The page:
Greening the supply chain

Greening has become a prominent feature in the design of supply chain networks leading to the concepts of low carbon supply chains and green supply chain management.294 For example, understanding the sources and levels of emissions within the supply chain is the first step needed to fully design a low carbon supply chain. According to the World Economic Forum, sustainable supply-chain practices can result in cost reductions of between 9 per cent and 16 per cent295. Further, thanks to the connectivity that the internet of things (IoT) offers, shippers can use data to quantify the benefits of a sustainable approach to supply-chain management. The green or environmental dimension of sustainable development should contain environmentally-friendly production processes and actions for reducing the quantity of waste. Applying renewable sources in production and re-using materials, whether processing defective or consumed products, are equally essential. Crucial elements of the environmental dimension of sustainable development include organizational activities such as the selection of partners in the supply chain based on ecological guidelines, and the commitment of employees to environmental protection programmes.

Policymakers must consider the key driver of economic and environmental issues in the business environment and need to identify what regulation can be the right regulation that could be utilized to further help implement green supply chain guidelines among MSMEs. Environmental regulatory tools should be approached from a perspective of helping MSMEs to adopt greener practices rather than punishing non-compliant activities given the fragile environment in which MSMES operate, noting the current pandemic. To do this, regulatory actions need to be reformulated to address the specific characteristics of MSMEs and to provide incentives for enterprises to go beyond compliance. Keeping up to date with environmental requirements can be difficult for MSMEs, particularly when it comes to understanding which requirements apply to them. Finding guidance about what they have to do to comply with given regulations is challenging. MSMEs can feel that they are not supported enough and are unreasonably expected to cope with the same levels of paperwork and obligations as larger companies.296

The steps outlined in this section are meant to encourage governments to see regulatory policy not simply as a means to protect the environment but as a tool to help MSMEs become greener. Part of that process is ensuring that environmental regulation is effective while being proportionate to the cost of compliance.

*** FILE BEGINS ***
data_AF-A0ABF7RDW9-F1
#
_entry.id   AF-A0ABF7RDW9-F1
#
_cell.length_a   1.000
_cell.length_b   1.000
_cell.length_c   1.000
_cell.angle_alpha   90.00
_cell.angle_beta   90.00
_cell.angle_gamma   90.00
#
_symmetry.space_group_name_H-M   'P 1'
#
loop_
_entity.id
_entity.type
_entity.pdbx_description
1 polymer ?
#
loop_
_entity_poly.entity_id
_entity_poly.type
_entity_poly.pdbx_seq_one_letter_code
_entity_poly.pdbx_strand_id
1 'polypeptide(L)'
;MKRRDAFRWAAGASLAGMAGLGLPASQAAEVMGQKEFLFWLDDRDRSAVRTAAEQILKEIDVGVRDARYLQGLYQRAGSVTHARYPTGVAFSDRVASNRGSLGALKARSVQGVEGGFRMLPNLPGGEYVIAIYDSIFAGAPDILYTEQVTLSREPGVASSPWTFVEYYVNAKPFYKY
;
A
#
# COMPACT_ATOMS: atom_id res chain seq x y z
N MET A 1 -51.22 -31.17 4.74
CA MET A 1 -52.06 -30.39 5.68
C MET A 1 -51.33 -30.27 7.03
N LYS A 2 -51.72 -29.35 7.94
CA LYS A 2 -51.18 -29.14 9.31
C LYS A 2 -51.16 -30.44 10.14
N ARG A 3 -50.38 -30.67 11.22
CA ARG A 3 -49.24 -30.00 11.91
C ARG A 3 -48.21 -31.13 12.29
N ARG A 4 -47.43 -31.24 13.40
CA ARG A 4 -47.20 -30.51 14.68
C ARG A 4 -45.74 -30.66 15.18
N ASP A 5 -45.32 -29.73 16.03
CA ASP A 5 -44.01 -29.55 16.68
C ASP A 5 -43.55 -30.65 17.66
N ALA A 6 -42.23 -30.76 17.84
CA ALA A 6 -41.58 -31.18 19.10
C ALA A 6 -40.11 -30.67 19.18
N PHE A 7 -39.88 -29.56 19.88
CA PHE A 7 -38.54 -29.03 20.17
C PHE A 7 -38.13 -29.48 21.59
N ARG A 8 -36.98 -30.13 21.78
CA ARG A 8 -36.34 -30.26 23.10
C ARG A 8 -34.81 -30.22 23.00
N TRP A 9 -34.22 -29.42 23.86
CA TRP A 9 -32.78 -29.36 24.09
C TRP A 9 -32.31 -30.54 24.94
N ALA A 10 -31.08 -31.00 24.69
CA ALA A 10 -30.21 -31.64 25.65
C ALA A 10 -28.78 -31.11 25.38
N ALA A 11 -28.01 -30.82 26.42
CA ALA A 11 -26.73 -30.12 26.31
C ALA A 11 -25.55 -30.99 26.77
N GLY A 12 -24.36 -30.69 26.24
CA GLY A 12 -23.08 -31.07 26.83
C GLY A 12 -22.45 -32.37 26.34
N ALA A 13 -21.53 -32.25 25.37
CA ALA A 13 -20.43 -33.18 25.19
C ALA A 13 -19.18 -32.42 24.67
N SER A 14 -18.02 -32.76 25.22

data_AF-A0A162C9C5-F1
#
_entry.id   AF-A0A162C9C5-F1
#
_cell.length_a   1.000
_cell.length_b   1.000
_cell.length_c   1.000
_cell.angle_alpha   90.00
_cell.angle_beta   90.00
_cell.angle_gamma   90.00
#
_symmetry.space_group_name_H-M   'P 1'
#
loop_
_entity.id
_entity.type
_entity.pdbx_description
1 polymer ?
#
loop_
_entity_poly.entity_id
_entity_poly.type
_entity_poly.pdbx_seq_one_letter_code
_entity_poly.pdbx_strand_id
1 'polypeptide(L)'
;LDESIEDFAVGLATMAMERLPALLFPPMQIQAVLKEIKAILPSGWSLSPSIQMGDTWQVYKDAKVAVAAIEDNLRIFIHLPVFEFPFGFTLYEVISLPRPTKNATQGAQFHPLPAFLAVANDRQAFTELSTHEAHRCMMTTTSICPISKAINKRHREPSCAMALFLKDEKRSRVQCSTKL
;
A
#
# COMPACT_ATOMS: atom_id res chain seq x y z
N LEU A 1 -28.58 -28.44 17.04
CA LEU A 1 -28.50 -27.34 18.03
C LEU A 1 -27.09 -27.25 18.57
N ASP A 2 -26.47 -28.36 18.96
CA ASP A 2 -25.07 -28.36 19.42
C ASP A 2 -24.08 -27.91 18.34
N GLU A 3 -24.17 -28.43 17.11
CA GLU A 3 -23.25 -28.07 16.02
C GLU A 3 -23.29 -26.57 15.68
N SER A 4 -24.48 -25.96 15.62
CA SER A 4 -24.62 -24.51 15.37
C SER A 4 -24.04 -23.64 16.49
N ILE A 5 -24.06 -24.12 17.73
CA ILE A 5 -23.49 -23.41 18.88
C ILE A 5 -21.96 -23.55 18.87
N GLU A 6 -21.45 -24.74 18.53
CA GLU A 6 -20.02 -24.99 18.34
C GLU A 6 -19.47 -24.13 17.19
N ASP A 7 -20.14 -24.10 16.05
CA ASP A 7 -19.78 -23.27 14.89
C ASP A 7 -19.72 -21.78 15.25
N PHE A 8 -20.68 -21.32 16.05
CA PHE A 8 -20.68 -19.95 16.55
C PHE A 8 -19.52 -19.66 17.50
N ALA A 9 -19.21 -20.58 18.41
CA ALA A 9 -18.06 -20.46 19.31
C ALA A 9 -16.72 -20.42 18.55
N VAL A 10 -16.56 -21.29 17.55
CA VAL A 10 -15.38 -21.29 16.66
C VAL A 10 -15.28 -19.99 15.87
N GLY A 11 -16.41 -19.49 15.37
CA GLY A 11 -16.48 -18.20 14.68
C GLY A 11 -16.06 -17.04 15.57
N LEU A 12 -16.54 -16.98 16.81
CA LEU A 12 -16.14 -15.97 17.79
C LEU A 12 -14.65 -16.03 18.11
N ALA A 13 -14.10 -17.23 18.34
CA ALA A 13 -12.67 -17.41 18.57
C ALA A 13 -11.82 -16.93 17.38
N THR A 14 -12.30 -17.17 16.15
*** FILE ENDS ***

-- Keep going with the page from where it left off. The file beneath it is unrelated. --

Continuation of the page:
Policy recommendations
Ensure collaboration between environmental and non-environmental regulatory entities and MSME agencies

Environmental and non-environmental regulators such as environmental agencies, local government, and business registration agencies can work together to identify opportunities to reduce duplication in paperwork and conduct joint or delegated inspections in selected sectors. MSME agencies are essential to this process, because they are often in close communication with the MSMEs themselves, and have a broader perspective on MSME activities. However, they also must be empowered in this co-ordination role and provided with the appropriate capacity. Listing the full range of regulations that have an impact on small businesses in selected sectors helps to identify opportunities to reduce duplication in paperwork and/or processes among regulatory authorities. Among different ways to simplify the administrative requirements for reporting on environmental issues and avoid duplication of requested information are the creation of nationwide information registration systems accessible by all competent government authorities, the introduction of e-government to replace paperwork documentation, and the implementation of the “one-window” approach for issuing appropriate permits and licenses to businesses (e.g. through local authorities). Offering compliance-related information to businesses also contributes to better regulation by reducing their transaction cost of compliance.

Improving regulation of MSMEs with low environmental risk
Simplify environmental regulatory requirements for MSMEs that are characterized by a low level of environmental risk. This simplification generally involves replacing environmental permitting with general binding rules – standardized requirements for specific activities with low environmental risk that are practiced by a large number of operators using similar technologies. Rules that require operators to notify or register with the competent environmental authority before engaging in an activity are preferable in terms of the regulator’s knowledge of the regulated community and control over its potential environmental impacts. Smaller businesses, often with limited in-house regulatory capacity, benefit from a standardized, rules- based approach to setting environmental requirements. It provides more certainty about the most effective way to achieve compliance than do individual, customized permits. Rule-based regimes also have other benefits, including reduced bureaucracy and costs to the regulator and the absence of impact on the level playing field within an industrial sector.